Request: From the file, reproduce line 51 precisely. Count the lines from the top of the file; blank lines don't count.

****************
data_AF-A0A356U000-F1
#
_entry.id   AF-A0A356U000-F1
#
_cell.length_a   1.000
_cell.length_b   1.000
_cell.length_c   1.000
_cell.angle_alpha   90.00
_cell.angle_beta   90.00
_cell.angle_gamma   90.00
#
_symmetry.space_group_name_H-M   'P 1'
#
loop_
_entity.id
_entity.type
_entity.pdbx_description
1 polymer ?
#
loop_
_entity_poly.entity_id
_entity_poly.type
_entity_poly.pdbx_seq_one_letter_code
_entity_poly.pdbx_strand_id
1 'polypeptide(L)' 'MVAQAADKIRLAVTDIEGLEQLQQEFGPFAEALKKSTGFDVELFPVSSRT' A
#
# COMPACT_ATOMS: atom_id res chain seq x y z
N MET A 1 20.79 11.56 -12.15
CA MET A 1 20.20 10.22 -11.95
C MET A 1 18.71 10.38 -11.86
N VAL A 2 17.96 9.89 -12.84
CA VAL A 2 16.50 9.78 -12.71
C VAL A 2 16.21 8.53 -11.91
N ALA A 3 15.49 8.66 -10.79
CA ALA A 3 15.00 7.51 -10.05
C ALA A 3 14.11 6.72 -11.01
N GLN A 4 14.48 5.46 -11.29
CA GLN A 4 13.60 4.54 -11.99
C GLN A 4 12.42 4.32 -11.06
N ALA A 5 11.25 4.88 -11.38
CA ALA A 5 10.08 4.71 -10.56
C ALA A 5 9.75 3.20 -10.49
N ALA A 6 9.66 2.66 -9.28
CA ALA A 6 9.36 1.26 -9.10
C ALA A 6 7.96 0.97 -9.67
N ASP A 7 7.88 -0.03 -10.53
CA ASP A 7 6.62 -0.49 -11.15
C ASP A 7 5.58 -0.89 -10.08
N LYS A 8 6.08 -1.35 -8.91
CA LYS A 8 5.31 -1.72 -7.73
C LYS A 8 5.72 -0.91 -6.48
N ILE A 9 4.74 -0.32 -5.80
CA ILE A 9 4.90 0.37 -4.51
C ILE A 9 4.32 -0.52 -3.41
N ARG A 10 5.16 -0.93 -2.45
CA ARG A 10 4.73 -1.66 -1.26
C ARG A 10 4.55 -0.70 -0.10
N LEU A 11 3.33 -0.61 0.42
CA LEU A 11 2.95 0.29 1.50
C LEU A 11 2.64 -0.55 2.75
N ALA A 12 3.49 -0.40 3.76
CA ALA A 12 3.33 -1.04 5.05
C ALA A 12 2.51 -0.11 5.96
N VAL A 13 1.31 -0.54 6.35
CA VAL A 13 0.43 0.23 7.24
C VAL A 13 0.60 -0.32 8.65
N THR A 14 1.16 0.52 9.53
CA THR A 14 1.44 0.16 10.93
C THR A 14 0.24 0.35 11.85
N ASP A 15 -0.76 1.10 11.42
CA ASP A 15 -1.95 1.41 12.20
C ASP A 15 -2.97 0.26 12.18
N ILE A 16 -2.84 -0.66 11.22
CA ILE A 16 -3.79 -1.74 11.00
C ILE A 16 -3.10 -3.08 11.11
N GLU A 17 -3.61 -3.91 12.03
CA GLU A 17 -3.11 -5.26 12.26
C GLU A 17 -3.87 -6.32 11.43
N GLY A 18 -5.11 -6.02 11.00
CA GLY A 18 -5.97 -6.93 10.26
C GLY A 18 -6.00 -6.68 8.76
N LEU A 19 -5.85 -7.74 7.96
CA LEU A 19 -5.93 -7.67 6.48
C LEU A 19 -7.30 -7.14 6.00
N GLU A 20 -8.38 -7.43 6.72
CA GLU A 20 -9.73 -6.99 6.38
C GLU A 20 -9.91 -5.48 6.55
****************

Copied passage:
C LYS A 8 5.72 -0.91 -6.48